Little did Dominique Schlumberger, heiress to the Schlumberger Ltd. global oil services company, dream, while growing up in Paris, that she would become the doyenne of culture and creator of a private museum in Houston, Texas.


She married John de Menil who oversaw the Schlumberger enterprise and moved with him to Houston during the Second World War.  The de Menils found Houston“a provincial, dormant place” and became key figures in the development of the city’s cultural life.


Great enthusiasts of modern art and architecture, they commissioned architect Philip Johnson, a former student of Louis Khan, to design their home, one of the first International Style residences in Texas.


Johnde Menil’s purchase of a small Cezanne watercolor in New York City evolved into their 16,000-item collection of 20th century painting and sculpture; ancient art; Byzantine and medieval art; tribal arts of Africa, the Americas and the Pacific; and modern and contemporary photography.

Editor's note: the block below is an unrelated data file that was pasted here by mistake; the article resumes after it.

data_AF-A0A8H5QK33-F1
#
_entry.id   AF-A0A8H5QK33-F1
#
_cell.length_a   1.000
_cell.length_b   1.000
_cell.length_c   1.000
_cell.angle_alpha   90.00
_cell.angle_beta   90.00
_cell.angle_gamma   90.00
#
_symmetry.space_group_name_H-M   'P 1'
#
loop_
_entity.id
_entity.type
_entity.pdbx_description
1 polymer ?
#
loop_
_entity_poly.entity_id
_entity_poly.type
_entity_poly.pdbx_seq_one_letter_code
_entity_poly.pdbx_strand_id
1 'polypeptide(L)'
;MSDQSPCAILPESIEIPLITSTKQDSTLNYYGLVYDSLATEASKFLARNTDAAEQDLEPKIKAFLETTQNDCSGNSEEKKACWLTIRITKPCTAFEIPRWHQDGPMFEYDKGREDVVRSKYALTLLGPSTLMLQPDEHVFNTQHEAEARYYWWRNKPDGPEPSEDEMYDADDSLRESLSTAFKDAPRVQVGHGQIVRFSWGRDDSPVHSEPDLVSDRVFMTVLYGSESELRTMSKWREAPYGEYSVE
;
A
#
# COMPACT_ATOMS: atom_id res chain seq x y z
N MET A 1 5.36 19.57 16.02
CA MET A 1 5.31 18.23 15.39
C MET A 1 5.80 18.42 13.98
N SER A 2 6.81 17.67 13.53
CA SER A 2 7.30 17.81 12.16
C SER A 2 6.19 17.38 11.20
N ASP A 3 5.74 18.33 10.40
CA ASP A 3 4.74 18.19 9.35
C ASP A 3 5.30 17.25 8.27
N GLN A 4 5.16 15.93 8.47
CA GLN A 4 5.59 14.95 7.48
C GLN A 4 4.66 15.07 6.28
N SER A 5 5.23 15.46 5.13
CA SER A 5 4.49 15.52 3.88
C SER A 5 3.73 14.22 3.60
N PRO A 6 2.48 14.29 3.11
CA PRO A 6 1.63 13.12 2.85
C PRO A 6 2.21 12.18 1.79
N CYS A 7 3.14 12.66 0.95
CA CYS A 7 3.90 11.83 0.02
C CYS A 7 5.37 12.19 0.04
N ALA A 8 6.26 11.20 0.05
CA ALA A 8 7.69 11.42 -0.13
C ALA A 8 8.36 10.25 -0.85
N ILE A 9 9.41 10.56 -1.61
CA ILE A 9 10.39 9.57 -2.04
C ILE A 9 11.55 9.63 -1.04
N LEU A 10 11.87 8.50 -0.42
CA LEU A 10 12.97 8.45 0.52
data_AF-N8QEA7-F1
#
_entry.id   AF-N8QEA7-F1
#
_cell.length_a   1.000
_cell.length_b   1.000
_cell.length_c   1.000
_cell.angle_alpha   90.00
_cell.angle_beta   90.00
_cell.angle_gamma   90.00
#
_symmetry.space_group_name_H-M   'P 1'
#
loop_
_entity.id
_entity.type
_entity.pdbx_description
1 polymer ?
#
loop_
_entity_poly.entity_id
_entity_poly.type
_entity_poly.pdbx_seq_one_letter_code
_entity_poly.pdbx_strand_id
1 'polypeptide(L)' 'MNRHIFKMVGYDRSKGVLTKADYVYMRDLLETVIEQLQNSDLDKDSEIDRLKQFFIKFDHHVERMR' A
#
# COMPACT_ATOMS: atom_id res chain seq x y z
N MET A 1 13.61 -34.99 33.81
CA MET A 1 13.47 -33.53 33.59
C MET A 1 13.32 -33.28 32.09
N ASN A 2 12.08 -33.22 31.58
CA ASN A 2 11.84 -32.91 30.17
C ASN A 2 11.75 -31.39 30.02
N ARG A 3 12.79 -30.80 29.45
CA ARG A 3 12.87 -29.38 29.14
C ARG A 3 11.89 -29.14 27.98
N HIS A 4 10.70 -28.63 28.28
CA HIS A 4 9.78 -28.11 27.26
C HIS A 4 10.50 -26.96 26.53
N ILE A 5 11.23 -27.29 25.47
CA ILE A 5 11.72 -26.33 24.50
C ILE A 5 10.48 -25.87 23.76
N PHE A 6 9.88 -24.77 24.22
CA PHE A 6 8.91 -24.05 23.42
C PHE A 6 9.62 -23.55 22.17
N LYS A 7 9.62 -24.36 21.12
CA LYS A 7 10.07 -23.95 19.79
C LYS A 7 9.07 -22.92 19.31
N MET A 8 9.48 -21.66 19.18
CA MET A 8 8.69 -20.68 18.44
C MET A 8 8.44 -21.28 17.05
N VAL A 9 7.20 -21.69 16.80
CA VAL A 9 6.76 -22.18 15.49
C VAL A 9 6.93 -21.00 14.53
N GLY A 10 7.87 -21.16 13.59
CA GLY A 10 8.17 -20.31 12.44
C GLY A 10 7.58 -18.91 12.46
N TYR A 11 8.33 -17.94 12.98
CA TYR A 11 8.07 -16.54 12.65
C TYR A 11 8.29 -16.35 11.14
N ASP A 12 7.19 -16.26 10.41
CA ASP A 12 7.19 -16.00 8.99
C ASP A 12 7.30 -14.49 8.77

Thede Menils’ belief in the spiritual powers of art led to their commissioning of the magnificent ecumenical Rothko Chapel, repository for 14 of Rothko’s most moving works; a dazzling “sanctuary” for all faiths.  The original concept was Philip Johnson’s but the design was executed by Rothko with Houstonarchitects Howard Barnstone and Eugene Aubry.  In front of the Chapel one is transfixed by Barnett Newman’s “Broken Obelisk” sculpture dedicated to thememory of Dr. Martin Luther King Jr.


Architect Renzo Piano designed Dominique de Menil’s delightful museum, a place “small on the outside, but big as possible on the inside, a place where works of art could breathe, where a visitor would never know museum fatigue.  It was Piano’s first commission in the US and  he created a sophisticated roofing system of filtered glass and steel louvers for it to diffuse direct sunlight but allow one to view the art and artifacts in natural light.  The nearby Menil Library houses 30,000 volumes on art and architecture.



Among not to be missed highlights of the Collection are the Cy Twombly Gallery, the Dan Flavin installation at Richmond Hall and the rotating exhibitions.


Thanks to the de Menils’ love and knowledge of the arts and their generosity in sharing their treasures with us, we can all marvel at their astounding collection in a magnificent setting.


Admissionto the Menil Collection is Free.   It is open Wednesday to Sunday from11:00 AM – 7:00 PM.

Comments are closed.